I just played my final combo concert at school this week. It's hard to believe I'm almost done with music school. I have a few weeks left to finish the rest of my classes, then a recital in the spring, and that's it. It still feels like I just started, until I look at the tunes I was playing in Combo 4 just one year ago: "Blue Bossa," "Mr. PC," "Triste," "Blue in Green," "Invitation." I must have progressed somewhere along the way, because the tunes we played in Combo 2 this semester make those look like nursery rhymes.
Richard Thompson was our director. Here's the band:
Brian Mansfield - Saxophone
Kris Korsgaden - Piano
Fred Kunze - Guitar
Joe Walker - Guitar
Doug Welcome - Bass
Nathan Levenson - Drums
From the beginning of the semester, Richard's philosophy on choosing repertoire was "I guarantee there are no other university combos playing these tunes." With the exception of one standard, everything we played was new to me. And totally impossible, for a while. For the first several weeks we were adding new tunes at every rehearsal, but once we settled on a collection of potential material for the concert, I could see more results from practicing on my own.
It was a fun, challenging, at times frustrating, and eventually rewarding experience. Handwritten crazy charts from Donald Brown and Geoffrey Keezer were the biggest hurdles. Richard gave us great advice on how to approach this kind of music, the recurring theme being melodic development. With hardly a tonal cadence in sight, listeners need something to hang on to, and the kind of change-running that works on standards fails here. I wrote about melodic development last year: Theme and Variation. This experience has put it in a whole new context.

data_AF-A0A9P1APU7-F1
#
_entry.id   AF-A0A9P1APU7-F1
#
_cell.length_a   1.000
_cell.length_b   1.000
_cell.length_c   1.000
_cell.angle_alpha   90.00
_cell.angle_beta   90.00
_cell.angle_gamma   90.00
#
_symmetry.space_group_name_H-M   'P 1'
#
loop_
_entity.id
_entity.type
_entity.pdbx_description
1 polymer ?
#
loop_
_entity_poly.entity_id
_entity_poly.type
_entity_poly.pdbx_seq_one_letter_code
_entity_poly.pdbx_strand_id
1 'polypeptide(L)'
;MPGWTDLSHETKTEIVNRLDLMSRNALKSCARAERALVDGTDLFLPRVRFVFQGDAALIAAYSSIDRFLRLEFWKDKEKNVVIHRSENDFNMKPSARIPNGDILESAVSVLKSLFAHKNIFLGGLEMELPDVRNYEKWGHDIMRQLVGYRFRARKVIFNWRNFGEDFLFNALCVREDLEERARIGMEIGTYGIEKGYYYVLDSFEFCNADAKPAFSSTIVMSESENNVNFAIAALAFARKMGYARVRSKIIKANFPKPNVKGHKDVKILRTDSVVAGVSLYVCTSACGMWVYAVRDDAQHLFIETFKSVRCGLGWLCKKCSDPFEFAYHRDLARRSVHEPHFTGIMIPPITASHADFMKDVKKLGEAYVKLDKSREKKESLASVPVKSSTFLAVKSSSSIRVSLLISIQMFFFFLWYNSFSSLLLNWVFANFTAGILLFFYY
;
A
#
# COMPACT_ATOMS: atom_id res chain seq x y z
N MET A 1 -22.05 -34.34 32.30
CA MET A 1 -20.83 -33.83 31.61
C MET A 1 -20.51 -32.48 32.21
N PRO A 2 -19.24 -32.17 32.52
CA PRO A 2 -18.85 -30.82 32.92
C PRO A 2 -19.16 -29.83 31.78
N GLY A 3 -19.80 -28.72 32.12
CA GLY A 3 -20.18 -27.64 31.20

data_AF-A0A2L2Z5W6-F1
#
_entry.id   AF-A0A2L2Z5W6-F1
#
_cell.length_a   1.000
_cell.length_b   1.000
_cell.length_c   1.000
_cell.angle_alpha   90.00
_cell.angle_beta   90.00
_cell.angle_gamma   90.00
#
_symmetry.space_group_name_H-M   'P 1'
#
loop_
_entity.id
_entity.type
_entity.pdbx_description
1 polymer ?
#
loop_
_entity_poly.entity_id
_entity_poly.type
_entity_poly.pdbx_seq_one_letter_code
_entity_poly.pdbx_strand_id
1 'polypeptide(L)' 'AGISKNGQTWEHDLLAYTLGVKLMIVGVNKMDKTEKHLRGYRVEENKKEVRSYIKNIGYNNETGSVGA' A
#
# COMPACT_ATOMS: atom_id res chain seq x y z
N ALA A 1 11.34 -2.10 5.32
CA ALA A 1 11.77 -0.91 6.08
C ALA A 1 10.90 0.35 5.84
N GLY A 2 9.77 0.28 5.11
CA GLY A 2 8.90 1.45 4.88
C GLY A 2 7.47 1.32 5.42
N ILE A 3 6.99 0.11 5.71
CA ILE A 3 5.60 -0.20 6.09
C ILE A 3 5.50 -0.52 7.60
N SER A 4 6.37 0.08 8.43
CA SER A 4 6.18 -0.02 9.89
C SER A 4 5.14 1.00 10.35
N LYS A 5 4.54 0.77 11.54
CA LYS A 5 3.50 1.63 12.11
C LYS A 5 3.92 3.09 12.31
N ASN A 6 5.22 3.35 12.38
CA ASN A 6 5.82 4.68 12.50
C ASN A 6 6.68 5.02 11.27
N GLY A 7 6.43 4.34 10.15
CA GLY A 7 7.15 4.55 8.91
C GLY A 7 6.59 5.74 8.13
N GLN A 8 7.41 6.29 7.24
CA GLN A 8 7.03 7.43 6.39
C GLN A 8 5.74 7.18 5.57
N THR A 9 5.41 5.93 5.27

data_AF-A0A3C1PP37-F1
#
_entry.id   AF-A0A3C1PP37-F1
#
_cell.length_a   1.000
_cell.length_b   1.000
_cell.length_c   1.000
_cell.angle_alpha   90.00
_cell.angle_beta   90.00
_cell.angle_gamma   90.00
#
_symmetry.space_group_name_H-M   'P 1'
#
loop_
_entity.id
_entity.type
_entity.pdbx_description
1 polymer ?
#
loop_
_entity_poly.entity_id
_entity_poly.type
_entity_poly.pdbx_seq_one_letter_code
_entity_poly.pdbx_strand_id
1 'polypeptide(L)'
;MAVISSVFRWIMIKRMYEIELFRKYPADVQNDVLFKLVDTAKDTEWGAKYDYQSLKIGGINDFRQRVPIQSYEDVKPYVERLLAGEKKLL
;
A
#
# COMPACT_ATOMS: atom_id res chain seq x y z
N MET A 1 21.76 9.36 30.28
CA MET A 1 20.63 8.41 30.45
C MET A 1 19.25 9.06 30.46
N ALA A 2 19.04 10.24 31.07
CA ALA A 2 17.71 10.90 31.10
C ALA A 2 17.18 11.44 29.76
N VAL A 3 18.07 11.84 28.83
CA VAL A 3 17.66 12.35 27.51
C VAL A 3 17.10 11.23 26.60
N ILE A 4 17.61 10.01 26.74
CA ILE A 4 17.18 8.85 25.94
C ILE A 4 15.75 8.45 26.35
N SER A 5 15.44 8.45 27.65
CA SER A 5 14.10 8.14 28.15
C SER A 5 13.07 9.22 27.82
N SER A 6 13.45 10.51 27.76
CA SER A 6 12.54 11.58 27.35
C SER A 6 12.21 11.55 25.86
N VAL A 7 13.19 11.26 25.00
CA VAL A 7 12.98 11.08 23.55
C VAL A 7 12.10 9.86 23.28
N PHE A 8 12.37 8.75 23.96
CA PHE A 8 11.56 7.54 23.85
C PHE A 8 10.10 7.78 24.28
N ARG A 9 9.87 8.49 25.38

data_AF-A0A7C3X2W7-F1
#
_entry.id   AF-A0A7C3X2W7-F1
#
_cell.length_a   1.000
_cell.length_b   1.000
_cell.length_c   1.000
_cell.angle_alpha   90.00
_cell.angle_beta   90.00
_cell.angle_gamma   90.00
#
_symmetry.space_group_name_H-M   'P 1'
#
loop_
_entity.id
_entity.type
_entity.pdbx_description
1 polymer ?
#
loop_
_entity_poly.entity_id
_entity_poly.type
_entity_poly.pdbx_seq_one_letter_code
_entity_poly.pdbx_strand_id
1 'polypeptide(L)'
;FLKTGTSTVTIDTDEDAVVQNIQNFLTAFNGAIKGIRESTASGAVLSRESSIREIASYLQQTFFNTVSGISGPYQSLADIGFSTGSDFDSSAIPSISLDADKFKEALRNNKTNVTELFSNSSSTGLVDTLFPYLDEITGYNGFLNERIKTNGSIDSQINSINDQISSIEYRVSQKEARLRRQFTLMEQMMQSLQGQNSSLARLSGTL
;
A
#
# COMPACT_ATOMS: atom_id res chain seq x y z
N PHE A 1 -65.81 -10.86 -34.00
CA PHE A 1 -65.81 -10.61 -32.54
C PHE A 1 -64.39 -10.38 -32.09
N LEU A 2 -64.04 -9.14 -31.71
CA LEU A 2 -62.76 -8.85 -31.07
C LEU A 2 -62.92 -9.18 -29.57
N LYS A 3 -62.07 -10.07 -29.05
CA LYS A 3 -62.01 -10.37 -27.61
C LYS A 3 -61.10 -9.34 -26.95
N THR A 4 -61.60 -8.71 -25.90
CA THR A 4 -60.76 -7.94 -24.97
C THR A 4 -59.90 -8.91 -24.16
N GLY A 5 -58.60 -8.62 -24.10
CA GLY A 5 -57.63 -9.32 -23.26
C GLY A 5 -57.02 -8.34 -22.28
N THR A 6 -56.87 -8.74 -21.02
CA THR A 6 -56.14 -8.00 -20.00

And here's the setlist. See below for song clips.
"I Hear a Rhapsody" - George Fragos, Jack Baker, Dick Gasparre
This was the only standard we played all semester, and the only tune I'd ever heard before. As standards go, it has some non-standard moves in the harmony that make it interesting to play. It was a good fit with the rest of the set. I soloed on this one.
"The Early Bird Gets the Short End of the Stick" - Donald Brown
This was one of those handwritten crazy charts. We rehearsed it enough to internalize it though. When deciding solos for the concert, I requested to play on anything but this one. The changes are balls hard. Dmaj7#9#11. Huh? Cool song though.
"From Day to Day" - Mulgrew Miller
More crazy chords, but more laid back in a jazz waltz feel, and a nice professional-looking chart from one of the Chuck Sher New Real Books. When we hit the pocket on this tune, it floated along like a dream, even with the complex harmony.
"Playground for the Birds" - Donald Brown
Another handwritten crazy chart. And more tough changes, but the chords themselves aren't so bad, mostly Lydian/Dorian chords with a weird form. I soloed on this one.
"A Joyful Noise (for JW)" - Steve Wilson
Richard liked to ask "Who's JW?" when we rehearsed this. I always piped up with "Me." Another jazz waltz, but at a slower tempo, this was our only slow piece. And it has some ii-Vs! Everyone shred while you can!
"Mirrim" - Geoffrey Keezer
This tune is nuts. Keezer recorded this in the studio in 2003 and about 30% faster live in 2005. Richard insisted that we take the insane latter tempo, and I think we might have exceeded it in the concert. The head has some gnarly runs that were really fun to play.
"The Spectacle that Is Jerry Brown: My Aura Smiles and Never Frowns" - Kris Korsgaden
An original blues from our piano player. He's not a fan of politicians. The head strays from the standard blues form for an excursion in alternating 6/8 and 2/4 bars with a psychotic line that sounds like devil elves dancing around a bonfire. Everyone soloed on this tune, with instructions to take it as far outside as possible, sticking only to the 12-bar form.